Neurophysiology Summary • Much is already known – Enough to build models • Neurophysiological correlates for many computational requirements have been found – LTP, LTD, NO • Much is still unknown – Enough to severely restrict the models • NO research is still in its infancy – Wider implications yet to be investigated Connectionism • Background • Architectures • Applications • Problems • Summary

Background • Artificial Neural Networks (ANNs) are inspired, but not constrained, by biological neuronal networks • Two very commonly used architectures – The Hopfield Network • Single layer, total connectivity within layer, auto-associative – The Multi-Layer Perceptron • Multiple layer, total connectivity between adjacent layers, no connectivity within layers, hetero-associative The Hopfield Network • Each node connected to every other node in the network • Symmetric weights on connections (w 5,9 = w 9,5 ) • Node activations either -1 or +1 1 w i , j = ---- Σ Σ p i p j Σ Σ • Training performed in one pass: N s i = sign { Σ Σ w i, j s j } Σ Σ • Execution performed iteratively:

The Multi-Layer Perceptron • Each node connected to every node in adjacent layers • Connections feed forward from input nodes (I), through hidden nodes (H) to output nodes (O) ∆ ∆ ∆ ∆ w j, i = η η δ η η δ δ j s i δ • Training performed iteratively: s i = f ( Σ Σ Σ Σ w i, j s j ) • Execution performed in one pass: Hopfield Applications • Content Addressable Memory – Partial patterns can be completed to reproduce previously learnt patterns in their entirety • Partially incorrect patterns are simply partial patterns • Optimisation – Learnt patterns are simply attractors - minima of some energy function defined in terms of the w i , j and s i variables • Using the objective function in an optimisation problem as the energy function, with suitably defined weights and activation equations, a Hopfield network can find minima of the objective function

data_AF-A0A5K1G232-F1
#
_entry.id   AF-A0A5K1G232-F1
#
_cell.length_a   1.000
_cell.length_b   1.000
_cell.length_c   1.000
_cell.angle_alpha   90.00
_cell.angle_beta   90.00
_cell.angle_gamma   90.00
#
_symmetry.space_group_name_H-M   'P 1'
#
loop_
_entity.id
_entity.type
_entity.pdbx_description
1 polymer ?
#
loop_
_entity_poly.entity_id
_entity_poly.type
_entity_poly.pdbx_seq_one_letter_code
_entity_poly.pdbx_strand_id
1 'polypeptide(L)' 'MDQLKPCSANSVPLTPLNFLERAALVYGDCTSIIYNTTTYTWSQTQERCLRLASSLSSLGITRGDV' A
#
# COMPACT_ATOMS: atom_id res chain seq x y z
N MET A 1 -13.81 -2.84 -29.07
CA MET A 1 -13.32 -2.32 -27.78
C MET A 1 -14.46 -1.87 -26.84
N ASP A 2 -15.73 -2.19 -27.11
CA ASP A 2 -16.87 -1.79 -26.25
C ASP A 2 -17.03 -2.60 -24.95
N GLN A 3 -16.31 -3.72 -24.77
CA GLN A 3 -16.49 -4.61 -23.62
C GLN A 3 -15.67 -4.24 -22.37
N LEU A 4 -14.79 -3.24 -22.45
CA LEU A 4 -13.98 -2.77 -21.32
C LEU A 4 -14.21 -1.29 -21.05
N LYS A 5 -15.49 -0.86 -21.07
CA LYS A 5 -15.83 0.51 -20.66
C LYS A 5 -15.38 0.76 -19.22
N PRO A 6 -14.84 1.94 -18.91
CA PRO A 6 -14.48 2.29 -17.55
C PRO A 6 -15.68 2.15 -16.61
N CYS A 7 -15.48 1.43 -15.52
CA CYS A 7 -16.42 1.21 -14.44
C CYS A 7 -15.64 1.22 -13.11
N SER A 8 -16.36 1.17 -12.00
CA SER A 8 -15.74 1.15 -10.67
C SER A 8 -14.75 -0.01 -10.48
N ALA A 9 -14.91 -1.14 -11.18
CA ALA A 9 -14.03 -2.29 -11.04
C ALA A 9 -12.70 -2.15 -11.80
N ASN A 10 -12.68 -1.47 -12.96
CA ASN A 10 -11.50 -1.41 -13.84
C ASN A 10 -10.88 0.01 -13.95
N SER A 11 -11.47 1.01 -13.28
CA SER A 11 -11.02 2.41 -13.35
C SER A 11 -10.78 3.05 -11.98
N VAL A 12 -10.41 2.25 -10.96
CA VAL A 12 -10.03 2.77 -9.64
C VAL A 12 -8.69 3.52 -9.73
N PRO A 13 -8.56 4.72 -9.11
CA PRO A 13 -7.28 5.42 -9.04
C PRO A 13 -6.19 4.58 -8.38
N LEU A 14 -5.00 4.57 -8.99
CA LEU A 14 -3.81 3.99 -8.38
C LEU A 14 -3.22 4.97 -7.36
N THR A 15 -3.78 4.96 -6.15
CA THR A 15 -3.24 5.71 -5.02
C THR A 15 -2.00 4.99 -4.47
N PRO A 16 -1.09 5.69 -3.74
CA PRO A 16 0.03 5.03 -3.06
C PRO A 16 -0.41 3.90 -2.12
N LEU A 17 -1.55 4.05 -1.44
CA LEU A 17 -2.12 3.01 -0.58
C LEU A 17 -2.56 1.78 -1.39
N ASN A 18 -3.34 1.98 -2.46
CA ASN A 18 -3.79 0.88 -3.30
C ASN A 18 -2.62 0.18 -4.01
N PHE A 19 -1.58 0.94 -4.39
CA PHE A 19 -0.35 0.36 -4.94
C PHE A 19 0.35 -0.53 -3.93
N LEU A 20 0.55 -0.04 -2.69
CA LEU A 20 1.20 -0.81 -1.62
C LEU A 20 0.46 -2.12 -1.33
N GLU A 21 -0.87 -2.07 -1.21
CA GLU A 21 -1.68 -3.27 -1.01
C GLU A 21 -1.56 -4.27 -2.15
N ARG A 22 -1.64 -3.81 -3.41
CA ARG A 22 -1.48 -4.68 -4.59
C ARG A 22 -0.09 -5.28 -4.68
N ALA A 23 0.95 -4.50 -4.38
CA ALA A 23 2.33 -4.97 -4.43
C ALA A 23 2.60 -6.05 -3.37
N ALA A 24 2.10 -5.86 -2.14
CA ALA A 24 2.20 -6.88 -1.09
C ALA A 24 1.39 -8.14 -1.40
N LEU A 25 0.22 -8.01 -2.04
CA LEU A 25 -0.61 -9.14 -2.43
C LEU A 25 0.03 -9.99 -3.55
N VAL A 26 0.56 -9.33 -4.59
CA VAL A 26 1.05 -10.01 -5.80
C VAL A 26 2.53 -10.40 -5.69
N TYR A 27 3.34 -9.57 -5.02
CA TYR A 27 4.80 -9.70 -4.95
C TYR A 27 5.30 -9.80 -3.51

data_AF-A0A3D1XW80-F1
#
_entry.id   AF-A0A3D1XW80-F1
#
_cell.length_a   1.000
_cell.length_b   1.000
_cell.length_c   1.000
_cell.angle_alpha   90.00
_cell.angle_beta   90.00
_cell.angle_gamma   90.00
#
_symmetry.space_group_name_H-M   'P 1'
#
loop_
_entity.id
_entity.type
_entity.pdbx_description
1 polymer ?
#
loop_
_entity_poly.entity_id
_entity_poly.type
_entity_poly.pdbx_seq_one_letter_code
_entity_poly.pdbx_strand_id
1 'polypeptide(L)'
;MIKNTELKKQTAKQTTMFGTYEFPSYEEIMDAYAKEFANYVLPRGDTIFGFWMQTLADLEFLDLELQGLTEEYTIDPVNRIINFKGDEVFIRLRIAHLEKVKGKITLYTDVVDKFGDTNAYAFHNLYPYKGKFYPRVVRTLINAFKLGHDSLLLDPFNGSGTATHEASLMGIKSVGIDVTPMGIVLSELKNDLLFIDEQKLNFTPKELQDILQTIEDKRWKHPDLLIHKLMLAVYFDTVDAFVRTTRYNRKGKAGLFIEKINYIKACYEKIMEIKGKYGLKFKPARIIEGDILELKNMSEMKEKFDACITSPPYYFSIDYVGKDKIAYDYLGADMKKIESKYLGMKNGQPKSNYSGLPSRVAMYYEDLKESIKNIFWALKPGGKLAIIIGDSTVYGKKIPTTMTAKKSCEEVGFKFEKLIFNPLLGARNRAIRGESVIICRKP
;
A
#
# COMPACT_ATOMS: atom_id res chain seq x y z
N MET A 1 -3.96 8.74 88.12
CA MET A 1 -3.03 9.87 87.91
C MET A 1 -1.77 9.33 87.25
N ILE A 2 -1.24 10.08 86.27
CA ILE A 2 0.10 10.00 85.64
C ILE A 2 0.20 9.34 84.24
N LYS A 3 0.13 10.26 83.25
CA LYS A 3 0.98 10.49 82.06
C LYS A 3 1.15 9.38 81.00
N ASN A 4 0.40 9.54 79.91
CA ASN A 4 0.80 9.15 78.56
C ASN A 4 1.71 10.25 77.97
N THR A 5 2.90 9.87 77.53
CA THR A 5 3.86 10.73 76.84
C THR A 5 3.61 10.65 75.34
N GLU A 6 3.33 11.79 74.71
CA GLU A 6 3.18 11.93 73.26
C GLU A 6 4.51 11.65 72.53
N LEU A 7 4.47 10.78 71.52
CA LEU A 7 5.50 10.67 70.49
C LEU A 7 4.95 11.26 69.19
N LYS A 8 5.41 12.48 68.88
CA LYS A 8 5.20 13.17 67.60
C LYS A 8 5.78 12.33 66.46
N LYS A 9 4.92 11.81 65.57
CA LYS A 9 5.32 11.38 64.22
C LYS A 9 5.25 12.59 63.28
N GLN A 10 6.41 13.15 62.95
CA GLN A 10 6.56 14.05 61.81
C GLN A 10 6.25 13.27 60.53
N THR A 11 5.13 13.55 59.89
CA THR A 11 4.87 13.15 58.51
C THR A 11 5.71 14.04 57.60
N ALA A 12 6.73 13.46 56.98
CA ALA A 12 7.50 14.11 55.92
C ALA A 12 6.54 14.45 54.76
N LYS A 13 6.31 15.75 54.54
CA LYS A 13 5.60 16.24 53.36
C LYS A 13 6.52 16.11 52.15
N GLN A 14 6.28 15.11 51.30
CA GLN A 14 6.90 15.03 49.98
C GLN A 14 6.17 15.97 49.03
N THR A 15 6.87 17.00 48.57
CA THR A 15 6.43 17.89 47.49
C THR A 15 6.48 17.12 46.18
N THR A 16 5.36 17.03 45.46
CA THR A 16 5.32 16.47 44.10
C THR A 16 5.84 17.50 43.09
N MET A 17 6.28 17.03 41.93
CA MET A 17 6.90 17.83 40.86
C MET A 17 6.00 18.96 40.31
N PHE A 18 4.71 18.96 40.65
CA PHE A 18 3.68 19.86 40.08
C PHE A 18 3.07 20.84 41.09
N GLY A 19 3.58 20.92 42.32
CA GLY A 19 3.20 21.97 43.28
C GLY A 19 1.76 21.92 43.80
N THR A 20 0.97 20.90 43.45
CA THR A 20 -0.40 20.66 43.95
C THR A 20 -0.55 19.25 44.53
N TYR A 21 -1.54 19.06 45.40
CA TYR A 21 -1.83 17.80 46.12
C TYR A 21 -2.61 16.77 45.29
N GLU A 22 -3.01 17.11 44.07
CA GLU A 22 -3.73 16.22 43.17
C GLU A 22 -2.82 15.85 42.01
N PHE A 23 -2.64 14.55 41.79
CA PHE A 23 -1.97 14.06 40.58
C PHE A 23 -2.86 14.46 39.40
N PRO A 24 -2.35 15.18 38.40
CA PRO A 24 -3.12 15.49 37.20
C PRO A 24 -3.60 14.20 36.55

MLP Applications • Classification/Mapping – Kolmogorov’s Mapping Neural Network Existence Theorem (Hecht-Nielsen) → ℜ n m [0,1] Any continuous function, f : , can be − implemente d exactly by a three layer MLP having + n input units, (2n 1) hidden units and m outputs. – Applications are legion • Classification into categories by attribute values • Character recognition • Speech synthesis (NETtalk) • Vehicle navigation (ALVINN) Problems • Local minima – Hopfield: Linear combinations of learnt patterns or optimal solutions become attractors – MLP: Gradient descent training is the inverse of Hill-climbing search and is just as susceptible to local minima as the latter is to local maxima • Limited storage capacity (Hopfield) – Less than N/ln(N) patterns can be memorised safely • Over-training (MLP) – Too many free variables ( w i , j ) thwart generalisation

Connectionism Summary • Neurologically inspired – Biological neurons and assemblies of neurons • Broad applicability – Various architectures and training paradigms • Readily implemented – Simple algorithms and data structures • Reliability problems – Sub-optimality, capacity limitations, over- training, Black Box naivety